Latest Must-Reads in Public Diplomacy: March 2019

The March edition of CPD Faculty Fellow Bruce Gregory's public diplomacy reading list is now available. Known affectionately at CPD as "Bruce's List," this list is a compilation of books, journal articles, papers and blogs on a wide variety of PD topics and features a number of CPD scholars.

Highlights from this latest list include:

Jay Wang and Sohaela Amiri, “Building a Robust Capacity Framework for U.S. City Diplomacy, USC Center on Public Diplomacy,” February 2019. In this brief online paper, Wang and Amiri (University of Southern California) argue the ascending phenomenon of cities as subnational and “glocal” actors in diplomacy is not only evidence of new varieties of diplomatic practice, it also means “city diplomacy has now become essential for local communities to thrive in a globalized society.” Their paper profiles ideas developed at a workshop hosted in 2018 by the USC Center on Public Diplomacy with participants from 13 U.S. cities including Los Angeles and New York City. They organize their takeaways in three categories: key functions (trade, consular issues, climate issues, countering terrorism, hosting special events); challenges (fragmented organizations, lack of coherent identity, limited resources); and building future city diplomacy practices (policy-driven diplomacy, strengthened citizen support, better communication, networked concepts and practices, and better use of data).

Kwang-jin Choi, The Republic of Korea’s Public Diplomacy Strategy: History and Current Status, CPD Perspectives, USC Center on Public Diplomacy, January 2019. Choi (former Head, Center for People Diplomacy, ROK Ministry of Foreign Affairs) provides a practitioner’s account of South Korea’s public diplomacy. His historical survey begins with episodic public diplomacy activities in the 19th century followed by an increasingly broad range of press and cultural activities in the decades after World War II and the Korean War. South Korea adopted the term public diplomacy in 2010. It reorganized activities in a Public Diplomacy and Cultural Affairs Bureau within its Ministry of Foreign Affairs and passed a Public Diplomacy Act. (Appendices contain the text of the Act and its Enforcement Decree.) Choi’s paper discusses South Korea’s definition of public diplomacy, organizational and planning issues, and public diplomacy strategy.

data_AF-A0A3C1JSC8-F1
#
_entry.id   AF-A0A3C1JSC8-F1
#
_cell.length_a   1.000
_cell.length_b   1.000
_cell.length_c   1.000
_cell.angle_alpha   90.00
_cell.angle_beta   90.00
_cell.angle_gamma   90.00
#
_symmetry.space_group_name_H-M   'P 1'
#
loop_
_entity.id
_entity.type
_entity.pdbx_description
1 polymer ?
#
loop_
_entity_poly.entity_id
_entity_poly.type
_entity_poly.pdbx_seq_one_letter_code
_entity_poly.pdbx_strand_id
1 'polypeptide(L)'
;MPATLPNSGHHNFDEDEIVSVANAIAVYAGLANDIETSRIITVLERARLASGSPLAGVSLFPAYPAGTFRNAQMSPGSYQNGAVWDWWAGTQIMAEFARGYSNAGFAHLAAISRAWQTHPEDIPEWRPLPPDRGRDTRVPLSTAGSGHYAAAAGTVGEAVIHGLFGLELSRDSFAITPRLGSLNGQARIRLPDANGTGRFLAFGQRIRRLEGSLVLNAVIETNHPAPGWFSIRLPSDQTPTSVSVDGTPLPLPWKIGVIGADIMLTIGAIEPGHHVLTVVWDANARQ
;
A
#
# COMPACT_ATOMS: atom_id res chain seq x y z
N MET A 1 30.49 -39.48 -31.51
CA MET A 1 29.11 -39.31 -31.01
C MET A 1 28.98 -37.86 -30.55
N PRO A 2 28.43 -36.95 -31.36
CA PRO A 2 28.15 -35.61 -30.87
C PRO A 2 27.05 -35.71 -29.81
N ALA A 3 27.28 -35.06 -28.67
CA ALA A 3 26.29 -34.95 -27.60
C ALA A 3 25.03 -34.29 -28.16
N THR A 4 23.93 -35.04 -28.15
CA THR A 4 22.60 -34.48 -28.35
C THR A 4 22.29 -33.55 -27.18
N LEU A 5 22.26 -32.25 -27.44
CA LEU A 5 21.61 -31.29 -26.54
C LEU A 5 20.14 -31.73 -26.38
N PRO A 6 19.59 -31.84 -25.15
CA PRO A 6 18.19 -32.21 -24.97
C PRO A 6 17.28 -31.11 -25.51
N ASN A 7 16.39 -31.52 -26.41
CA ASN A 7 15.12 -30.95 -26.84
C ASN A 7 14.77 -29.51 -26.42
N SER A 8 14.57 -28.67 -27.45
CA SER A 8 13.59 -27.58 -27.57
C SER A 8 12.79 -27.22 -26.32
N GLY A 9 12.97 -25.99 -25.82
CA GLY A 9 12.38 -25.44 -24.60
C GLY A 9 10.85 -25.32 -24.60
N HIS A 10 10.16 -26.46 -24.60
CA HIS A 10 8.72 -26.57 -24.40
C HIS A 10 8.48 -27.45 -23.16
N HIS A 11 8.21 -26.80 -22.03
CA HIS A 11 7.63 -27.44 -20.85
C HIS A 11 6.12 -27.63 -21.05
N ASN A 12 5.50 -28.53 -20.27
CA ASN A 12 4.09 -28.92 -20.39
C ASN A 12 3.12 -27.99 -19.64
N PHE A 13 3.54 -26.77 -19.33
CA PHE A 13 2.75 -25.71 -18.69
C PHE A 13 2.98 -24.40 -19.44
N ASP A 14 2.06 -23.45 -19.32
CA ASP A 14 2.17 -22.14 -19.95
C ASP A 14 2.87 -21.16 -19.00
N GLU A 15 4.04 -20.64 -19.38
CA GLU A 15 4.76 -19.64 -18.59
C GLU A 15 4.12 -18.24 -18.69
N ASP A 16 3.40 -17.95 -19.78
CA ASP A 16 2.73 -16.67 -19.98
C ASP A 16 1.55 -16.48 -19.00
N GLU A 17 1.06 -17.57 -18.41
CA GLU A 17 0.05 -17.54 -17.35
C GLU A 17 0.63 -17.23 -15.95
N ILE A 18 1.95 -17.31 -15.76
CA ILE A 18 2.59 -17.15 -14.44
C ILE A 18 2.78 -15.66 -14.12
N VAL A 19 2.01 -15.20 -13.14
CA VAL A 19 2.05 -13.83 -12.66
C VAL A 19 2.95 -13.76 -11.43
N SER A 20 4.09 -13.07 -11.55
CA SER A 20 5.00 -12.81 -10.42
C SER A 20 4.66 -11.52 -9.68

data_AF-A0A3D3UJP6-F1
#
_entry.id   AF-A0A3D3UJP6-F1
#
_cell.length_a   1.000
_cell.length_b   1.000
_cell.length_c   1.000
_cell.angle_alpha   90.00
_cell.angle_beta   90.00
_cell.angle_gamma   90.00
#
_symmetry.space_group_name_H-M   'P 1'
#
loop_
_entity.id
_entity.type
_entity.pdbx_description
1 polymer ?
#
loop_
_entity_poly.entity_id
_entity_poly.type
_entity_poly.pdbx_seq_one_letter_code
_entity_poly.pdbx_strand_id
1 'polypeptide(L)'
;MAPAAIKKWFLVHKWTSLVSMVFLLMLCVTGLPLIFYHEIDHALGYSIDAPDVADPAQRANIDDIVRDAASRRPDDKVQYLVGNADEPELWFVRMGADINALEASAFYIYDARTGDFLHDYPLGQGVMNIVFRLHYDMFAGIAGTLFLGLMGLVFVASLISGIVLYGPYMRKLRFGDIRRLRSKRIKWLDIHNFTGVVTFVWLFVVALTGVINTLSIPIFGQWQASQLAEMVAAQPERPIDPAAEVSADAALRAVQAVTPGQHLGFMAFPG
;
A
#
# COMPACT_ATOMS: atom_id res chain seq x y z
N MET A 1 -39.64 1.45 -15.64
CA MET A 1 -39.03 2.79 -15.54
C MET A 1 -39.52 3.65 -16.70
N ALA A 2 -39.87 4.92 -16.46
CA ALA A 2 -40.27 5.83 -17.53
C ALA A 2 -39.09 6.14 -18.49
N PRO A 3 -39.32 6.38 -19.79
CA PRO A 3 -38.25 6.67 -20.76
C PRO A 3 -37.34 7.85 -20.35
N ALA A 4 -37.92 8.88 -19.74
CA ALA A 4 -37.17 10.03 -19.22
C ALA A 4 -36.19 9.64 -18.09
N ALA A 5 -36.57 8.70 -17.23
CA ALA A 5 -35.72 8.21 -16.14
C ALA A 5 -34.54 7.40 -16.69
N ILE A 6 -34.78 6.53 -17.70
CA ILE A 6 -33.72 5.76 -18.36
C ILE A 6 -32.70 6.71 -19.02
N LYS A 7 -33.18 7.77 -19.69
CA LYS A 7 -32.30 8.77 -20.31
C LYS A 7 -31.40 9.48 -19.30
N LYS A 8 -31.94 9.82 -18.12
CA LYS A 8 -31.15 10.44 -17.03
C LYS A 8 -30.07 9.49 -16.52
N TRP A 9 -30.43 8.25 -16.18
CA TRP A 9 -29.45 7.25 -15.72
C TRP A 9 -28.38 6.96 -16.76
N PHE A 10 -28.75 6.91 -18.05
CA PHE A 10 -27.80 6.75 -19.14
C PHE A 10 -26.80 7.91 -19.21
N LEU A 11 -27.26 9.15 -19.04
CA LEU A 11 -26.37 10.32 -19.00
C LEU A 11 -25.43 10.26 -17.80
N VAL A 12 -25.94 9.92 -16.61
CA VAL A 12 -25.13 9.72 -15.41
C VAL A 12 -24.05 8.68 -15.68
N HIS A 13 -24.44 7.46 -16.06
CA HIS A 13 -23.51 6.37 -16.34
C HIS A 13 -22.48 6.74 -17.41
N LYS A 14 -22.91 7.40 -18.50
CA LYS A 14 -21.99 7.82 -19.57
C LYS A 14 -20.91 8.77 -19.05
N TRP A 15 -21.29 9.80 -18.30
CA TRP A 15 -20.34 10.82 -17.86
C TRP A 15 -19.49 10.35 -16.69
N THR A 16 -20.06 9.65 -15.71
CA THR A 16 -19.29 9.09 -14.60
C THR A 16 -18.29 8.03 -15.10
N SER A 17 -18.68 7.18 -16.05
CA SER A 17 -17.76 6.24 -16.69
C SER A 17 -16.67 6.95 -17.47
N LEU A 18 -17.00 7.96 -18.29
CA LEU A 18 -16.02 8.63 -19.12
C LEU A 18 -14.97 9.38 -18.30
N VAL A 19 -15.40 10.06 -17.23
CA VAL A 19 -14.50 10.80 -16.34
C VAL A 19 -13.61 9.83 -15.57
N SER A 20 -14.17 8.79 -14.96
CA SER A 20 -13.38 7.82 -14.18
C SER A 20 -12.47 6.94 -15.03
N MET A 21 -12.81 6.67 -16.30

Katherine A. Brown, Your Country, Our War: The Press and Diplomacy in Afghanistan, (Oxford University Press, 2019). In this excellent and engaging book, grounded in years of interviews with journalists and political actors in Afghanistan and the U.S., Katherine Brown (Global Ties U.S., Georgetown University) achieves several objectives. First, she examines narratives and framing of modern Afghanistan in the journalism of U.S. and Afghan news media. Her empirical findings are shaped by two strands in communications studies—(1) literature on indexing, agenda setting, framing, conflict reporting and related concepts; and (2) studies on national bias and ethnocentrism. Second, she devotes considerable attention to habits and emotional conflicts of Afghan journalists and the sociology of how journalism has developed in Afghanistan since its news media became independent in 2001. Her analysis of journalism in each nation is set in the context of how their news media function in relation to national priorities and international politics, the strategies of U.S. national security actors, and circumstances shaped by violence, politics and social change in Afghanistan. In the concluding chapter, Brown turns to what she calls “the diplomatic dimension in news.” She argues that journalists, who usually maintain distance from political agendas at home, do not disengage from their national identities abroad. Nationalism, emotional attachments and domestic reporting priorities lead journalists to “play the role of representatives, or de facto diplomats, for their nations.” “Journalists are actors in international diplomacy, mediating communications between governments and publics, and between governments and governments.” It is a complex argument worthy of reflection, debate, and another book.